It is not, indeed, in the sacred volume, any where expressly said, that God is reconciled to us, by the death of Christ; but that we are, by his death, reconciled to God: and this the Socinians plead, when opposing the doctrine of atonement by our Lord. To which we may reply, The reason probably is, because God is the party offended. For, so to understand it agrees, not only with the express language of Jesus in a similar case, but also with vulgar speech. With the express language of Jesus. Thus he speaks: If thy brother have aught against thee, go thy way, and be reconciled to thy brother, by appeasing, or turning away his anger. With vulgar speech. For if a superior be justly provoked by one that had received great kindness from him; the offender is commonly urged, without delay, to obtain reconciliation, if possible by lawful means, to the offended party. So, were we to hear of a convicted rebel, who had recently trembled with apprehensions of suffering torture and death, being reconciled to his injured sovereign, by the mediation of an illustrious personage; the first impression made on our minds, if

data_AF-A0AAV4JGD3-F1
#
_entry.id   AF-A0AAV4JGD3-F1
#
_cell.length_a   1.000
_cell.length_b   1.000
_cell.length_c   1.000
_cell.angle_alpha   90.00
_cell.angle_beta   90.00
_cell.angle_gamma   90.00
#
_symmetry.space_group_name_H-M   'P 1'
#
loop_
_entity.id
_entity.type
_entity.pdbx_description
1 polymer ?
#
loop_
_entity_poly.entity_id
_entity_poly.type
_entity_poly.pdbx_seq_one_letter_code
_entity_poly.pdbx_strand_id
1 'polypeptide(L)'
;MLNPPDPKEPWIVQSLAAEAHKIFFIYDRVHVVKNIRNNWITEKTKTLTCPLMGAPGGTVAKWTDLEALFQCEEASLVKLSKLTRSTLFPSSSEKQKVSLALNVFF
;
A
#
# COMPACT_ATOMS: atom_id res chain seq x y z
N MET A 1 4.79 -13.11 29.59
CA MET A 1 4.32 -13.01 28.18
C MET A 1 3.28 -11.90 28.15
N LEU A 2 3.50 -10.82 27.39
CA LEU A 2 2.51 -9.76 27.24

* Daniel ix. 24. Ephes. ii. 16. Colos. i. 21, 22. Heb. ii. 17.

2 Chron, xxix. 23.

the report was believed, would be, that, on some consideration or other, the prince had laid aside his displeasure, and exercised pardoning clemency toward the revolted subject.-We will now consider the apostolic testimony in a passage or two, including not only the reconciliation of God to man, but also of man to God.

Wonderfully gracious, and highly instructive, is that apostolic saying, If, when we were enemies, we were reconciled to God by the death of his Son, much more, being reconciled, we shall be saved by his life.* Let us review the admirable declaration. Reconciled when we were enemies. Consequently, while considered as in an unconverted state; while under the full power of natural depravity, and in spiritual death. Reconciled to God: as a righteous governor, as maintaining the rights of eternal justice and the honours of his holy law. Reconciled to God by the death of his Son: He, as our voluntary sponsor, being made sin, and made a curse for us. In his vicarious death, sin being condemned and punished, the Most Holy solemnly sanctified his great name; or, in the most emphatical manner, publicly declared himself, his government, and his method of saving sinners, to be inviolably just. Thus, under the character of Universal Governor, is GoD reconciled to rebellious men.